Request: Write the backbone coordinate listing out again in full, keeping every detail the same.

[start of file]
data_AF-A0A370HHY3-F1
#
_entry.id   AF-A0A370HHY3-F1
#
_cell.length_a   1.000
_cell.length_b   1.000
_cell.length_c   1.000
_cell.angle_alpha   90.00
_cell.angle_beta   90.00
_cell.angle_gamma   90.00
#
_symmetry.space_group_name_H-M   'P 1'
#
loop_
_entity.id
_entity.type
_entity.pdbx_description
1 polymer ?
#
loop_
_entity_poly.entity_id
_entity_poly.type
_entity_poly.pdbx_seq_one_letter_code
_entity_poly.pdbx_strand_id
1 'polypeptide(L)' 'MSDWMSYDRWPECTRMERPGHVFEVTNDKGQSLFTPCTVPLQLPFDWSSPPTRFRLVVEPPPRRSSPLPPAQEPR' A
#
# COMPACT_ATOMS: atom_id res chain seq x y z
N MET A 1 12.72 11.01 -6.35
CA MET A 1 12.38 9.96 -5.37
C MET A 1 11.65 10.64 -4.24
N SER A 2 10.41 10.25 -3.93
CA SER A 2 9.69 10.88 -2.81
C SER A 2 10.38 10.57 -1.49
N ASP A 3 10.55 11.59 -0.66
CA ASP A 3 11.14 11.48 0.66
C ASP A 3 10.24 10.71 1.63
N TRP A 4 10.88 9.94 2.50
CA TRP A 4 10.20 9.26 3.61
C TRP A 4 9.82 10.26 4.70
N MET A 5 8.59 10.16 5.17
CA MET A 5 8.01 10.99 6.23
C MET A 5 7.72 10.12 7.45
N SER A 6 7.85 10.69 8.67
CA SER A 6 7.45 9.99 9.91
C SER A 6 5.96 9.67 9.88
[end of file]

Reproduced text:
data_AF-A0A370HHY3-F1
#
_entry.id   AF-A0A370HHY3-F1
#
_cell.length_a   1.000
_cell.length_b   1.000
_cell.length_c   1.000
_cell.angle_alpha   90.00
_cell.angle_beta   90.00
_cell.angle_gamma   90.00
#
_symmetry.space_group_name_H-M   'P 1'
#
loop_
_entity.id
_entity.type
_entity.pdbx_description
1 polymer ?
#
loop_
_entity_poly.entity_id
_entity_poly.type
_entity_poly.pdbx_seq_one_letter_code
_entity_poly.pdbx_strand_id
1 'polypeptide(L)' 'MSDWMSYDRWPECTRMERPGHVFEVTNDKGQSLFTPCTVPLQLPFDWSSPPTRFRLVVEPPPRRSSPLPPAQEPR' A
#
# COMPACT_ATOMS: atom_id res chain seq x y z
N MET A 1 12.72 11.01 -6.35
CA MET A 1 12.38 9.96 -5.37
C MET A 1 11.65 10.64 -4.24
N SER A 2 10.41 10.25 -3.93
CA SER A 2 9.69 10.88 -2.81
C SER A 2 10.38 10.57 -1.49
N ASP A 3 10.55 11.59 -0.66
CA ASP A 3 11.14 11.48 0.66
C ASP A 3 10.24 10.71 1.63
N TRP A 4 10.88 9.94 2.50
CA TRP A 4 10.20 9.26 3.61
C TRP A 4 9.82 10.26 4.70
N MET A 5 8.59 10.16 5.17
CA MET A 5 8.01 10.99 6.23
C MET A 5 7.72 10.12 7.45
N SER A 6 7.85 10.69 8.67
CA SER A 6 7.45 9.99 9.91
C SER A 6 5.96 9.67 9.88